For hyenas, there's no 'I' in clan

When it comes to advancing social status, it's not what you know, it's who you know—for humans and spotted hyenas alike.

Hyena population recovers slowly from a disease epidemic

Infectious diseases can substantially reduce the size of wildlife populations, thereby affecting both the dynamics of ecosystems and biodiversity. Predicting the long-term consequences of epidemics is thus essential for conservation. ...

Mobs are, sometimes, good

Submitting to mob mentality is always a risky endeavor, for humans or hyenas. A new Michigan State University study focusing on the latter, though, shows that when it comes to battling for food, mobbing can be beneficial.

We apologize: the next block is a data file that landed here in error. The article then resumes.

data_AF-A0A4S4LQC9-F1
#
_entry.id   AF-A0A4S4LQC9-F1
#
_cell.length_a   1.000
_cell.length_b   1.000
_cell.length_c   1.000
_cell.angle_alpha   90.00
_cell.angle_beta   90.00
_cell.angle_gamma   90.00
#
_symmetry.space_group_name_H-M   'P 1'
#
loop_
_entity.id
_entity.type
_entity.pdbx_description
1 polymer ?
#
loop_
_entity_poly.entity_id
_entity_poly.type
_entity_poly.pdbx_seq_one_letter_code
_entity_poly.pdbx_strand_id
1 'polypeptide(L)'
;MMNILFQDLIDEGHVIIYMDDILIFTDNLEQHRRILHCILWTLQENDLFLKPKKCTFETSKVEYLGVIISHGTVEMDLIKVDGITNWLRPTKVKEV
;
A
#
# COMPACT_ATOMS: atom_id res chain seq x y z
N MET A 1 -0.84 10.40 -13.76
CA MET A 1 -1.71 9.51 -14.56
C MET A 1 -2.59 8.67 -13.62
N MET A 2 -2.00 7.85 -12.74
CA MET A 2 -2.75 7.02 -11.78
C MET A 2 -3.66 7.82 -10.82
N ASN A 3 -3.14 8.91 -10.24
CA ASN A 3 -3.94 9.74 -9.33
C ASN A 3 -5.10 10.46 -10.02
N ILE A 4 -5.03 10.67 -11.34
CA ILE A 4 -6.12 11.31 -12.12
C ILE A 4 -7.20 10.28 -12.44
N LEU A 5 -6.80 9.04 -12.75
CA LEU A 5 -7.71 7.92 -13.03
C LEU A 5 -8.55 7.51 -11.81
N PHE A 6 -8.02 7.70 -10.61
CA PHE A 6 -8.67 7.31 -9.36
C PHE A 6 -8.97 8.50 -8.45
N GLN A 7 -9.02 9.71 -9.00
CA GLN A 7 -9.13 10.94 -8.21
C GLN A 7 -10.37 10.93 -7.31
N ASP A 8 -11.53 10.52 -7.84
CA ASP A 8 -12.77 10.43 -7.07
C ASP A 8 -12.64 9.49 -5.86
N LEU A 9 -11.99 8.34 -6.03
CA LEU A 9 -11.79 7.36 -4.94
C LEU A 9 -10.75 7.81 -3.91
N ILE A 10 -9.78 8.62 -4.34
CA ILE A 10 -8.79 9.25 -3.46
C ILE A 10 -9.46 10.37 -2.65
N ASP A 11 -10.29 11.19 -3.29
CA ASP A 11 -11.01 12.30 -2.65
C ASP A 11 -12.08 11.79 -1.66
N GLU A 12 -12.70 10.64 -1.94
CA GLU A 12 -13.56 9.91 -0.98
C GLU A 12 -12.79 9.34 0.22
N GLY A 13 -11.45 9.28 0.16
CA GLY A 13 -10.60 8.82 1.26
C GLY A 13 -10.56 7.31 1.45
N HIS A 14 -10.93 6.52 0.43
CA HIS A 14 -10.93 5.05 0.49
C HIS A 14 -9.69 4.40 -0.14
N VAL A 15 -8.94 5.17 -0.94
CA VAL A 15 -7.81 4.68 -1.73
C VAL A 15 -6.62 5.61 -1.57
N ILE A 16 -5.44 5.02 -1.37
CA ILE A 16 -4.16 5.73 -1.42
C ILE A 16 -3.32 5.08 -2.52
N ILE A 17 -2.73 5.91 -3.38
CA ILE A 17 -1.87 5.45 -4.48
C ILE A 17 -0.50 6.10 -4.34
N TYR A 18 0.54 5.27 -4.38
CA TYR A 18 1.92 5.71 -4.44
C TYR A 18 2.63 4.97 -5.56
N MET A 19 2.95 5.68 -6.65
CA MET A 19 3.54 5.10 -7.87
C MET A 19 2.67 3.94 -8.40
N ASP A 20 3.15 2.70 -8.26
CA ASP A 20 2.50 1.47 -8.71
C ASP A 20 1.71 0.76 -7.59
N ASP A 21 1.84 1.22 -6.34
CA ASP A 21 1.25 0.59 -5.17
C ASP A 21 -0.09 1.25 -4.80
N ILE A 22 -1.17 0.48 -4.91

Dino dinner, dead or alive

When asked to think of meat-eating dinosaurs we usually conjure images of voracious predators chasing down helpless prey. These visions are no doubt inspired by the depiction of species such as Tyrannosaurs rex and Velociraptor ...

Researchers reconsider roles of second-rank hyena males

Males that don't leave home are not second-class, but can breed as successfully as their more adventurous competitors that leave home, according to a new long-term study on spotted hyenas. The results from a research team ...

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